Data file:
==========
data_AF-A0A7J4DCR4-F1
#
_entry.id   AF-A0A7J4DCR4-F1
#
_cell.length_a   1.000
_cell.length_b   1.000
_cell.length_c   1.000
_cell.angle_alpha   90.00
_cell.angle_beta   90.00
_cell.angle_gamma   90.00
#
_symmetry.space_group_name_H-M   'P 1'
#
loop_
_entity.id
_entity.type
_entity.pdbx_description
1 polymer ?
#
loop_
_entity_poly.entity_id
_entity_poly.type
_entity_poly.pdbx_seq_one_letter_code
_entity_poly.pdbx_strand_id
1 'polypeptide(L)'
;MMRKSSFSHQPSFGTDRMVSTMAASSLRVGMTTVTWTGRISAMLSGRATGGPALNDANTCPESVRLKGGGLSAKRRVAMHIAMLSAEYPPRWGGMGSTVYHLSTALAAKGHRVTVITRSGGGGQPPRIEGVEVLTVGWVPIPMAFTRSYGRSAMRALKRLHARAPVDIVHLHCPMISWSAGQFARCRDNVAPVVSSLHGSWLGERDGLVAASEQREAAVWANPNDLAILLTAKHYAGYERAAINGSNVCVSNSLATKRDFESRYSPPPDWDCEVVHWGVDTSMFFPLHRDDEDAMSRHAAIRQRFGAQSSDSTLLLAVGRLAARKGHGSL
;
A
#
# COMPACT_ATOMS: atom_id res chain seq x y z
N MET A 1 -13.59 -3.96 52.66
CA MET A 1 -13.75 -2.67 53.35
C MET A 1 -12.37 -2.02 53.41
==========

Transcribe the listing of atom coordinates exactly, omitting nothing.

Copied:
data_AF-A0A7J4DCR4-F1
#
_entry.id   AF-A0A7J4DCR4-F1
#
_cell.length_a   1.000
_cell.length_b   1.000
_cell.length_c   1.000
_cell.angle_alpha   90.00
_cell.angle_beta   90.00
_cell.angle_gamma   90.00
#
_symmetry.space_group_name_H-M   'P 1'
#
loop_
_entity.id
_entity.type
_entity.pdbx_description
1 polymer ?
#
loop_
_entity_poly.entity_id
_entity_poly.type
_entity_poly.pdbx_seq_one_letter_code
_entity_poly.pdbx_strand_id
1 'polypeptide(L)'
;MMRKSSFSHQPSFGTDRMVSTMAASSLRVGMTTVTWTGRISAMLSGRATGGPALNDANTCPESVRLKGGGLSAKRRVAMHIAMLSAEYPPRWGGMGSTVYHLSTALAAKGHRVTVITRSGGGGQPPRIEGVEVLTVGWVPIPMAFTRSYGRSAMRALKRLHARAPVDIVHLHCPMISWSAGQFARCRDNVAPVVSSLHGSWLGERDGLVAASEQREAAVWANPNDLAILLTAKHYAGYERAAINGSNVCVSNSLATKRDFESRYSPPPDWDCEVVHWGVDTSMFFPLHRDDEDAMSRHAAIRQRFGAQSSDSTLLLAVGRLAARKGHGSL
;
A
#
# COMPACT_ATOMS: atom_id res chain seq x y z
N MET A 1 -13.59 -3.96 52.66
CA MET A 1 -13.75 -2.67 53.35
C MET A 1 -12.37 -2.02 53.41